U.S. loses contact with Detroit journalist in Myanmar prison

The Detroit News

A Detroit native being held in a Myanmar prison hasn’t been in contact with U.S. officials for several weeks, the State Department said Thursday.

Danny Fenster, who was working for a Myanmar magazine at the time of his arrest, lost contact with the U.S. Consulate after a protest at Insein prison.

But Ned Price, a spokesman for the State Department, said his agency was closely monitoring the situation and continuing to press the country to release him.

“This is a priority for us,” said Price. “We remain deeply concerned.”

Price said the consulate had spoken with Fenster several times by phone before the prison protest, and that Fenster’s family had been a part of the calls.

Danny Fenster, a Detroit native who was working for a Myanmar magazine at the time of his arrest, lost contact with the U.S. Consulate after a protest at Insein prison and has not been in contact with U.S. officials or his family for several weeks.

He said the detention of Fenster, the arrests of other journalists and the use of the Burmese military against reporters is unacceptable.

“Journalism is not a crime,” he said. “Free and independent media, it’s indispensable in building a prosperous, resilient, free society.”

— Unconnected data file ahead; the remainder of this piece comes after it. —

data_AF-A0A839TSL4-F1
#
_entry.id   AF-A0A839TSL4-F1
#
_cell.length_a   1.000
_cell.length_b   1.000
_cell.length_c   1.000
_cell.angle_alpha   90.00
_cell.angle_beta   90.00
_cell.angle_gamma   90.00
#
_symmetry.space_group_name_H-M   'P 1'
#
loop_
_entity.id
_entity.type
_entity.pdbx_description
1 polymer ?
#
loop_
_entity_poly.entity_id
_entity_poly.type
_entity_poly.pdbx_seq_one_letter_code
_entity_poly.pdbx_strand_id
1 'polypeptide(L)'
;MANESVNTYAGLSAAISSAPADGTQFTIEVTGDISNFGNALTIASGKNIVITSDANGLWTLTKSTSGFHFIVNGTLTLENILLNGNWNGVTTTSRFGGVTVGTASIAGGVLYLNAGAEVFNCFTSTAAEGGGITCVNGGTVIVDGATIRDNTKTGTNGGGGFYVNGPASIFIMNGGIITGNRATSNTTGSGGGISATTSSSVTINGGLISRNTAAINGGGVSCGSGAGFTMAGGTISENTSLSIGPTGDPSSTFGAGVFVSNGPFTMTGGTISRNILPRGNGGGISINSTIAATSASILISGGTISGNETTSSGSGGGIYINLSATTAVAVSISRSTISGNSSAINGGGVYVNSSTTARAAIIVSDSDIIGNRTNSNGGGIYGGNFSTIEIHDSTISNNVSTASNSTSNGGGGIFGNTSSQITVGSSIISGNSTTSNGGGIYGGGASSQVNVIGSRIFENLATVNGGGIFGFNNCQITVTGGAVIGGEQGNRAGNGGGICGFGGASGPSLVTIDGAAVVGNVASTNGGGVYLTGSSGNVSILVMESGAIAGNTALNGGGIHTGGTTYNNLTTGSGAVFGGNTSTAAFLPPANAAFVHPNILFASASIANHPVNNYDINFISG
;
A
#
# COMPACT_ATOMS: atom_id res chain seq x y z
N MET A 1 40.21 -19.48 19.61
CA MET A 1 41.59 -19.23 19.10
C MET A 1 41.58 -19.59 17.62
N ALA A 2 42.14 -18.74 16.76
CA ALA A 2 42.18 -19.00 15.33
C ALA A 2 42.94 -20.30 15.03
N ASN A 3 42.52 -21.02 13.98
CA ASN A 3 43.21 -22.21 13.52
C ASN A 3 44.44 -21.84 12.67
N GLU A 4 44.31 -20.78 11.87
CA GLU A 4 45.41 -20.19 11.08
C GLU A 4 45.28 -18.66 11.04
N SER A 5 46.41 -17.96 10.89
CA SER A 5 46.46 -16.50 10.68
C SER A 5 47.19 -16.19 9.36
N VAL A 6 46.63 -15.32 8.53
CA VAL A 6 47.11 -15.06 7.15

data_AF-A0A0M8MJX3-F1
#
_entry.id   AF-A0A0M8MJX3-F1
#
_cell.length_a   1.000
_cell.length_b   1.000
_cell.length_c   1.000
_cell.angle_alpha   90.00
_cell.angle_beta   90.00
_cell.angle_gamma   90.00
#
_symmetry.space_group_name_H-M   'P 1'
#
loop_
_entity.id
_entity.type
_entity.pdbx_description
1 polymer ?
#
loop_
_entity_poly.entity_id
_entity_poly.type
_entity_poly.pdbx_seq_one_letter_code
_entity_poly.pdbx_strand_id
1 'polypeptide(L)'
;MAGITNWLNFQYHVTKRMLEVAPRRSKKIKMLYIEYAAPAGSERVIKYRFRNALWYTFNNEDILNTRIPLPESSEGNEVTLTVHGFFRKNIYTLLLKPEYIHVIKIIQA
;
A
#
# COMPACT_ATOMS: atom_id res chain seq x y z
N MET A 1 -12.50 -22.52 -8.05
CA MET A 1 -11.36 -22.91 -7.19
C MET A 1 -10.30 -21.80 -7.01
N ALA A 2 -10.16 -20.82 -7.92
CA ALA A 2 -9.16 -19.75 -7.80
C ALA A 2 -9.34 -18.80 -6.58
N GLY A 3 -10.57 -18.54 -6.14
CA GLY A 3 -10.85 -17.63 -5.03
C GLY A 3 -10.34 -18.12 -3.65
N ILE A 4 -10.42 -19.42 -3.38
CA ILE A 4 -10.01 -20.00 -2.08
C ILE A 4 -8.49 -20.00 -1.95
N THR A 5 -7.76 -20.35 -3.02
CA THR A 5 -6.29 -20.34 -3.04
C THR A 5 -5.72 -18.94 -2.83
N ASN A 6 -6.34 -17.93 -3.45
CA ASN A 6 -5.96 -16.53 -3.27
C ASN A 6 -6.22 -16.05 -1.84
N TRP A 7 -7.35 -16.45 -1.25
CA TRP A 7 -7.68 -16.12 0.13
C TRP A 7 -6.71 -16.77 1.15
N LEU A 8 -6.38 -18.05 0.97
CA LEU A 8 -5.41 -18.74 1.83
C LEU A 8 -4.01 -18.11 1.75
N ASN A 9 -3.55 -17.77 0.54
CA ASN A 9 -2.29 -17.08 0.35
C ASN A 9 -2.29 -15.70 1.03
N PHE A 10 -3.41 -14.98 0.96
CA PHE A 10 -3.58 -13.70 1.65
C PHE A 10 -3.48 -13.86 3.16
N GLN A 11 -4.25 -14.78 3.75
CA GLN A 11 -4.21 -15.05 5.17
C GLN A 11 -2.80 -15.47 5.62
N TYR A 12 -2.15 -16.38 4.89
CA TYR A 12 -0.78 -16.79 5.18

Price made his comments in response to a question by a reporter for Reuters.

Prior to the Reuters reporter’s query, Fenster’s brother had tried to reach Price but hadn’t received a response.

The brother, Bryan Fenster, thanked the Reuters reporter for his question.

“The support of his fellow journalists just may be the thing that brings him home to us,” Bryan Fenster wrote on Twitter.

Fenster's family and their congressman, U.S. Rep. Andy Levin, raised concerns in early July about Danny Fenster's health as the Myanmar prison was experiencing an outbreak of COVID-19.

Levin, D-Bloomfield Township, said at the time Fenster was not receiving adequate medical care and that Insein prison was experiencing an outbreak among staff and inmates of COVID-19, though prison officials claimed to have the situation under control. The U.S. Embassy was denied requests to vaccinate Fenster as the virus situation in the country worsened, Levin said.

Fenster, 37, was stopped by authorities at Yangon International Airport on May 24 as he was about to board a flight to Malaysia on his way to the Detroit area to see his family in Huntington Woods. He faces an incitement charge that carries a penalty of up to three years’ imprisonment.

Fenster is managing editor of the online magazine Frontier Myanmar.